No-one relishes the prospect of a broken chain when out riding on a road bike but there are a couple of fairly easy fixes to get you back home.
The easiest way to learn how to go about repairing your chain or feeling comfortable doing it, is to have someone show you then actually practice with a chain and a chain tool. You’ll then have no trouble at all making a temporary repair to a road bike chain once you’ve seen it done and practiced it yourself a few times.
For info, your bike chain has three basic components: the metal side plates, the rollers between the side plates and the rivets (or pins) which thread through the rollers and help to hold the plates together. These rivets allow the rollers to freely turn as the chain moves around the cogs on the rear wheel cassette or crankset chainring.
So, the worst’s happened and your chain’s suddenly snapped. Tip: you should always carry with you a chain tool and ideally a master link.
Using a Master Link to Fix a Chain
You’ll no doubt be able to see damaged outer plates at the broken link. Use the chain tool to press out both rivets to remove the damaged plates.
Then reconnect the chain using the master link. Pay attention to any directional arrows on the master link and ensure they follow the direction of chain travel. To engage the master link so your road bike’s ready to ride again, make sure it’s on the upper row of the chain, apply the rear brake and apply force to the pedals.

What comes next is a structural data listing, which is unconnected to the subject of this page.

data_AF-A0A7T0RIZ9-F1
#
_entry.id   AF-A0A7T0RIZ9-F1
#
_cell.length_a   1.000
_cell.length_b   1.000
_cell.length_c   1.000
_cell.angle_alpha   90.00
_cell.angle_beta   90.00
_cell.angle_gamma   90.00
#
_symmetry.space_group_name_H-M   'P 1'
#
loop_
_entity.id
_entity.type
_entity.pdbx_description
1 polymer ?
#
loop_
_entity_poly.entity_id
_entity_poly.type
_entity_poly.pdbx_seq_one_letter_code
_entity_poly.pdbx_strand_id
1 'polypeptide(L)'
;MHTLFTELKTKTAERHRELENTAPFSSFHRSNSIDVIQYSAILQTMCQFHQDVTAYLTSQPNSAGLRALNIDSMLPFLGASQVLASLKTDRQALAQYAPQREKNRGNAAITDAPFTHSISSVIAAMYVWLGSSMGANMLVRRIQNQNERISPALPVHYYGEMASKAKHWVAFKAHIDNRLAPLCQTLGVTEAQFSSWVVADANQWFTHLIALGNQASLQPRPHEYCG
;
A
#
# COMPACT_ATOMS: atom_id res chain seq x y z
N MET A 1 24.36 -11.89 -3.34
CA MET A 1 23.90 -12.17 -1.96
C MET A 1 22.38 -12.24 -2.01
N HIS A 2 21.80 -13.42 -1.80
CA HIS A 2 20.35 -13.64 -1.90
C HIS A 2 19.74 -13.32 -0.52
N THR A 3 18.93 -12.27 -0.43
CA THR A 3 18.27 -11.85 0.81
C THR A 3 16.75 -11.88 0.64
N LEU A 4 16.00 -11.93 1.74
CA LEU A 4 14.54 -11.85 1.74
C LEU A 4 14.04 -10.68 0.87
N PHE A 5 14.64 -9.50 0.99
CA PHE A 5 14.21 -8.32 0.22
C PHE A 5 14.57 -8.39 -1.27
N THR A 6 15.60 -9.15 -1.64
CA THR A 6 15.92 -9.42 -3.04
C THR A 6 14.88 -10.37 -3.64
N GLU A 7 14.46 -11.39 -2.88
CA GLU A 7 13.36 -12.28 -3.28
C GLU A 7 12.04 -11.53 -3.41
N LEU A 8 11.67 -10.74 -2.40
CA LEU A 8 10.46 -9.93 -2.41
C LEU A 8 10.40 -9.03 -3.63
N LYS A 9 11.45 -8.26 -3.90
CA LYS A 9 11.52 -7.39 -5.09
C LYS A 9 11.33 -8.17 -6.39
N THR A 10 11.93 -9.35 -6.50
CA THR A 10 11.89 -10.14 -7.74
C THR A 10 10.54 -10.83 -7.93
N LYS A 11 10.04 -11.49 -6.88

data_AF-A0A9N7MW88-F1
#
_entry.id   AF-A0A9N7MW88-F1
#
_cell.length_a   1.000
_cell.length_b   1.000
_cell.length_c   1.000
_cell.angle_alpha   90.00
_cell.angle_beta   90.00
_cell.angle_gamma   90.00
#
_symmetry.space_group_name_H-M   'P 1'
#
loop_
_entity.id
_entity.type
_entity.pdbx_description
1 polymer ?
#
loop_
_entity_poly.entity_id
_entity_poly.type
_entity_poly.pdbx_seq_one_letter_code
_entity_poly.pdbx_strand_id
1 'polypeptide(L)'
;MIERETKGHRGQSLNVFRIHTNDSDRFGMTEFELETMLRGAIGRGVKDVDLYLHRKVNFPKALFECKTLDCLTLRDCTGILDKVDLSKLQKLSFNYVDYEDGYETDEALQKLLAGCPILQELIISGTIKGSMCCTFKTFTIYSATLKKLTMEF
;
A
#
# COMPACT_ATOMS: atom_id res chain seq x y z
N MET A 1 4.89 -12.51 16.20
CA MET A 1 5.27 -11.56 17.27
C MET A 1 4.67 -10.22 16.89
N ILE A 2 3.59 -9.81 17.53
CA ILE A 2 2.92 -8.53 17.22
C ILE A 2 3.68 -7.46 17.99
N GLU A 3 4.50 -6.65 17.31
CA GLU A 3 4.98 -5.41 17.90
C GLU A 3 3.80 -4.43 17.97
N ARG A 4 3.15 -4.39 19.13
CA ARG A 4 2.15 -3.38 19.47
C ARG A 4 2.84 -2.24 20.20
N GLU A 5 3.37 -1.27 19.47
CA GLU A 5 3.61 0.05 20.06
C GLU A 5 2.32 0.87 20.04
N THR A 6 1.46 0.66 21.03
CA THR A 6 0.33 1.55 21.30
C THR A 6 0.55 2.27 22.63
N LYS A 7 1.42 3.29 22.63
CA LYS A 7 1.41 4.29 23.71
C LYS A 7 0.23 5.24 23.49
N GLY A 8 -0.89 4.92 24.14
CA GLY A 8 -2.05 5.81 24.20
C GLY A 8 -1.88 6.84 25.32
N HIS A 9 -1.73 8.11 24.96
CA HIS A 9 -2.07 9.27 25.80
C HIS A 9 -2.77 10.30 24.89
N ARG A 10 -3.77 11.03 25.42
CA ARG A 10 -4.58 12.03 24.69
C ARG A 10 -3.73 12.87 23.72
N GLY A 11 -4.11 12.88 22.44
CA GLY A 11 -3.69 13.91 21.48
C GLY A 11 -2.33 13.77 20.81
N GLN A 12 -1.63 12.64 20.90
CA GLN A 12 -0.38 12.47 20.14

The good thing about this master link fix is that the length remains the same so you’ll have all the gears for the ride back.
Reusing a Rivet to Repair a Chain
It is possible to repair your chain even if you don’t have a master link to hand. You can use the damaged rivet as a last resort. Basically what you’ll be doing is removing the broken link and reattaching the two ends of the broken chain so you’ll be riding on a shorter chain until you can get it replaced.
Using the chain tool, break the chain at the damaged link and push out a second rivet just enough to to remove the damaged segment of the chain. You’re then going to reconnect the chain using the rivet you pushed out. Using the chain tool, push the rivet back in until it matches the depth of the neighbouring rivets.
Remember, this is a temporary fix and the the rivet strength has been significantly compromised plus the chain is now shorter so you should avoid shifting up to the largest cogs and chainrings.
Don’t forget to swap this chain for a new one on your road bike when you get home!